So, let's recap. North Korea parades six missiles though Kim Il Sung Square and then sends them out to South Hamgyong Province or some other barren piece of North Korean real estate. We commit to a $1 billion dollar decision to add 14 interceptors that totally solve the problem, provided the North Koreans don't build nine instead of six ICBMs. By the way, the new interceptors won't be ready until 2017, but we're hoping to have a successful flight test at some point during the wait.
The only downside, assuming you view squandered defense dollars as stimulus, is, having shot down eight North Korean ballistic missiles, we now need to think about a plausible defense against the several hundred nuclear-armed Russian missiles that have been launched by whatever drunken slobodnik succeeds Vladimir Putin. Maybe a space-based laser? Think I am kidding?
Hagel's other three decisions are also worth mentioning, although none is quite so ludicrous as the decision to spend a billion dollars on the 14 interceptors. Secretary Hagel re-announced Secretary Panetta's decision to deploy a new TPY-2 radar to Japan. It is old news, but comparatively welcome at least in part because it runs zero risk of starting an accidental nuclear war with Russia.
Hagel also announced that, per congressional direction, the Defense Department will fund environmental impact studies for an East Coast missile defense site. As I have noted before, the National Academies recommended a third site in New England as part of a comprehensive program to replace the current GMD system. Congress, in its infinite wisdom, decided to adopt the third site idea -- but using the existing interceptors, defeating the entire purpose. Overall, Congress interpreted the National Academies recommendation to suspend further funding for the GMD system as a reason to increase that funding by $400 million. Not to be outdone, Secretary Hagel has now upped that figure to $1 billion dollars. For a system the National Academies study recommends replacing. Doesn't anyone read anymore? I suppose I could suggest they light the money on fire, but as long as the East Coast site is a real policy option, I can keep making Mianus jokes.
Finally, Hagel did manage a bit of sensible policymaking. Hagel rather cleverly used congressional pressure for an East Coast site as an exit strategy from what was to be Phase IV of the European Phased Adaptive Approach -- the plan to place superfast SM-3 IIB interceptors (which at the moment do not exist) in Poland to defend the United States from Iranian missiles (which at the moment do not exist). Normally, any change made by a Democrat to any missile defense architecture will be met with cries of perfidy from certain quarters, but only a few dead-enders seemed to notice the demise of Phase IV. The New York Times didn't even mention that Hagel killed Phase IV in its initial news coverage. (The Washington Post has now published an editorial complaining that everyone missed the big news regarding the cancelation of Phase IV. I've posted some comments at ArmsControlWonk.com.)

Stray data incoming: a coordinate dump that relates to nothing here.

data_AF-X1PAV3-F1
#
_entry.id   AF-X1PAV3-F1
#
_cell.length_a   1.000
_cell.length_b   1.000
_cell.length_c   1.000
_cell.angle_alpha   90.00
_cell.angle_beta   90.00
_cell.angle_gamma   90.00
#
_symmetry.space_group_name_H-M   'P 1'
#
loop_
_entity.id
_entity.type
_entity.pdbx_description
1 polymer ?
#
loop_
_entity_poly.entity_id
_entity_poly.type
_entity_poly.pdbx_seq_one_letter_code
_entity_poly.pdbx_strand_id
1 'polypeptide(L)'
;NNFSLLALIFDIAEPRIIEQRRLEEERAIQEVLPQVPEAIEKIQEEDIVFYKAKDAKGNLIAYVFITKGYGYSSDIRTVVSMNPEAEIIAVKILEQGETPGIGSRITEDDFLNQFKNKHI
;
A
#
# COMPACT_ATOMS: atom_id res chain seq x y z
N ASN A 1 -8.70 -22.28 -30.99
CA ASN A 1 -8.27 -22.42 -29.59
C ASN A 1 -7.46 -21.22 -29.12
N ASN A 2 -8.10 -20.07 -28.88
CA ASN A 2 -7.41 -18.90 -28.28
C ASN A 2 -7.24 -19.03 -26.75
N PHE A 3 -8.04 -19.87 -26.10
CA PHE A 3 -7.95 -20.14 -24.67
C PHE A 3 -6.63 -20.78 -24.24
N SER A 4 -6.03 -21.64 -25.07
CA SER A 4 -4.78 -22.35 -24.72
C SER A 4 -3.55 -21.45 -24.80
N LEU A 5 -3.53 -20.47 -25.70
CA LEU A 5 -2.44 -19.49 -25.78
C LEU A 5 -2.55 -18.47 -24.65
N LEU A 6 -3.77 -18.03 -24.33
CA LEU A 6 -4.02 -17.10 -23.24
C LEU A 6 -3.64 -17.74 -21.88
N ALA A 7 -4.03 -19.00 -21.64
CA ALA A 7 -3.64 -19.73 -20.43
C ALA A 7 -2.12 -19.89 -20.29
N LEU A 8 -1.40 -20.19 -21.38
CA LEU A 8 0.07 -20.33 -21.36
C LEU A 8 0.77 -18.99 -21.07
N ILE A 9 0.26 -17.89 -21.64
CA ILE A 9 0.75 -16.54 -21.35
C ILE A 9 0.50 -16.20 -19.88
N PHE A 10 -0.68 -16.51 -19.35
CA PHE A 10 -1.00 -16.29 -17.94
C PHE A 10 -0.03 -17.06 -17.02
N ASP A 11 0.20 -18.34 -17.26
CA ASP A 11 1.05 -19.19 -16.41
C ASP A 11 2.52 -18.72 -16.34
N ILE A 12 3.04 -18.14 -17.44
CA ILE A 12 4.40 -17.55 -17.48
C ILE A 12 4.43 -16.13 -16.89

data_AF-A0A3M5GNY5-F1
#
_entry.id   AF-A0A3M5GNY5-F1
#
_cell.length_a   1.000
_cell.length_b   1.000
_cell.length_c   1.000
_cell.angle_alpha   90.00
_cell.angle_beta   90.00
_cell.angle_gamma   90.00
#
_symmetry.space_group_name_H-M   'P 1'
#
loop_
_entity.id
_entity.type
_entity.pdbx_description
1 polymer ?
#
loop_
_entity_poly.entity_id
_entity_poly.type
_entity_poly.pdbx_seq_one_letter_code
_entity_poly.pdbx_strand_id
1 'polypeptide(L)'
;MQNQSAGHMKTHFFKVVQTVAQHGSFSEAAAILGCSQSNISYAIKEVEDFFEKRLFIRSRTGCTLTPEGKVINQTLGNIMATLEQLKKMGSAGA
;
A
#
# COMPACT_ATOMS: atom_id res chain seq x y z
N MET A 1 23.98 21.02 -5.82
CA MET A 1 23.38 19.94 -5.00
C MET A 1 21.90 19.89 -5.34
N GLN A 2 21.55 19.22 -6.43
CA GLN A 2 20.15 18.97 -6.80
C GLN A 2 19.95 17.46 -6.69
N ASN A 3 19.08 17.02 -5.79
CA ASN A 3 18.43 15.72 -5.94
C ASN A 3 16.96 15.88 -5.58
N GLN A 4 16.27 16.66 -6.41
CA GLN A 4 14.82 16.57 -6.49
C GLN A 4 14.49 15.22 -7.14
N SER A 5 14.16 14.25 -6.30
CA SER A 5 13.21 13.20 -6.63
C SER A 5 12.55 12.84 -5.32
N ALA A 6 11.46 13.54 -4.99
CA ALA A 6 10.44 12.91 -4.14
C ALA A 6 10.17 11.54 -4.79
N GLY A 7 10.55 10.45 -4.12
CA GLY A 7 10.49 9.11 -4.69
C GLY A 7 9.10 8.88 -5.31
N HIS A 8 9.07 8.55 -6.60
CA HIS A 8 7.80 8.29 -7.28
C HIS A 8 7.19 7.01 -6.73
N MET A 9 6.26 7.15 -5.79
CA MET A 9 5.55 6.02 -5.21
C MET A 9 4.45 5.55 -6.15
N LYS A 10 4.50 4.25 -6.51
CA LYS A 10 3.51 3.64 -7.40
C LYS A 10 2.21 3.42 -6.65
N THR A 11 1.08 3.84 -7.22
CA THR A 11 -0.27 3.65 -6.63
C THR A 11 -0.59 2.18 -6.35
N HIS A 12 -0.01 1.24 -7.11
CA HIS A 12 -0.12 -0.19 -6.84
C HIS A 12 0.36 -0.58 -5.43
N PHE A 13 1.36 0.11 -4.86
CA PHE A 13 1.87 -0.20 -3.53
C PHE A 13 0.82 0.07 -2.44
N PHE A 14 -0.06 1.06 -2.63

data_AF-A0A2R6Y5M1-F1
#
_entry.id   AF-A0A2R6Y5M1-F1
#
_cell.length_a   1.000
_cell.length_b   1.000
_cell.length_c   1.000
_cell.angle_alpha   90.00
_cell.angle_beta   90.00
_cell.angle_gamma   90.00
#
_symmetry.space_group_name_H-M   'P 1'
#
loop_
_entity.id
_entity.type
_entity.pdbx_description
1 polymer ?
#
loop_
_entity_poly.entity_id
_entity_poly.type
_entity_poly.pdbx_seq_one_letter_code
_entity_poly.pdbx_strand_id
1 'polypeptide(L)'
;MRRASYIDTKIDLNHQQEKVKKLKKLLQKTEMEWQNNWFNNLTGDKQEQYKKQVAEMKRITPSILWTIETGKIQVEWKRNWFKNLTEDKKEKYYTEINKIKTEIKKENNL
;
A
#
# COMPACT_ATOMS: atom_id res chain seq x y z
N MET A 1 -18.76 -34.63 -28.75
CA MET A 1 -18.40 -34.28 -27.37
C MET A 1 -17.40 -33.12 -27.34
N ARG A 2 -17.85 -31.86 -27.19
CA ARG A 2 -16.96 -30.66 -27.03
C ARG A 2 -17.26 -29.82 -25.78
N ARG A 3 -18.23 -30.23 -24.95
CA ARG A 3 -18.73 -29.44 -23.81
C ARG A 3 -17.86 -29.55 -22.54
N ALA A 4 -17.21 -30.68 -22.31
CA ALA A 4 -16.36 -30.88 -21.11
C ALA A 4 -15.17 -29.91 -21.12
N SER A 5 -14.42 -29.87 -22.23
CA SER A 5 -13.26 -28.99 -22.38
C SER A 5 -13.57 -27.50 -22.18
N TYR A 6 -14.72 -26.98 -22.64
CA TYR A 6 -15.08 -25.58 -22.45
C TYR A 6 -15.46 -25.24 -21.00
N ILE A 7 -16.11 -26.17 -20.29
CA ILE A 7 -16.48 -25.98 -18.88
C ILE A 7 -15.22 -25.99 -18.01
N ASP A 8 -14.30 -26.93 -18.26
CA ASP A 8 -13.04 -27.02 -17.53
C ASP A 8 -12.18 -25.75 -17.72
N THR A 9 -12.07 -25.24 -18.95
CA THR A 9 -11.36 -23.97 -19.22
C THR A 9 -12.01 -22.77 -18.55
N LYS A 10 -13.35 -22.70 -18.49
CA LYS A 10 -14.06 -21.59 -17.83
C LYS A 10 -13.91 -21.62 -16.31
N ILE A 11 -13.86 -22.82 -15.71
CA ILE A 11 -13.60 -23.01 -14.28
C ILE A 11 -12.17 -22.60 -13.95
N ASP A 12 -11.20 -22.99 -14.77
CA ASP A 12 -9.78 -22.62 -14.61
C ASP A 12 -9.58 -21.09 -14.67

Phase IV of the EPAA was little loved. Congressional Republicans hated it because Obama put it in place of George Bush's plan to put ground-based interceptors at a site in Europe. (Now what are they going to name after him?) The Navy hated the idea of going ashore, although they aren't completely off the hook just yet. The Russians weren't the least bit mollified, once they figured out the SM-3 IIB deployment would be every bit as worrisome as the old Bush plan. And the National Academies concluded that, sooner or later, the Iranians could shoot over the thing. The only people who loved Phase IV had a direct financial interest in the outcome, and even they couldn't even be bothered to pay one of the usual suspects to write a favorable op-ed about how Western civilization depended on no fewer than six SM-3 II B interceptors near Gdansk. Some people believe the Russians will be delighted, which I predict will last something like 15 minutes.
And with that, ladies and gentlemen, we have the first major announcement of Chuck Hagel's tenure as secretary of defense. The questions were softballs that Hagel, Miller, and Winnefeld for the most part dodged. Everyone seemed satisfied that North Korea got the message, while South Korea and Japan were surely reassured. One billion dollars! That's a heck of a commitment right there, pal. After a little more tough talk -- Winnefeld announced that "this young lad," a.k.a. Kim Jong Un, "ought to be deterred" by all this -- everybody adjourned in time for our regularly scheduled B-52 over-flight.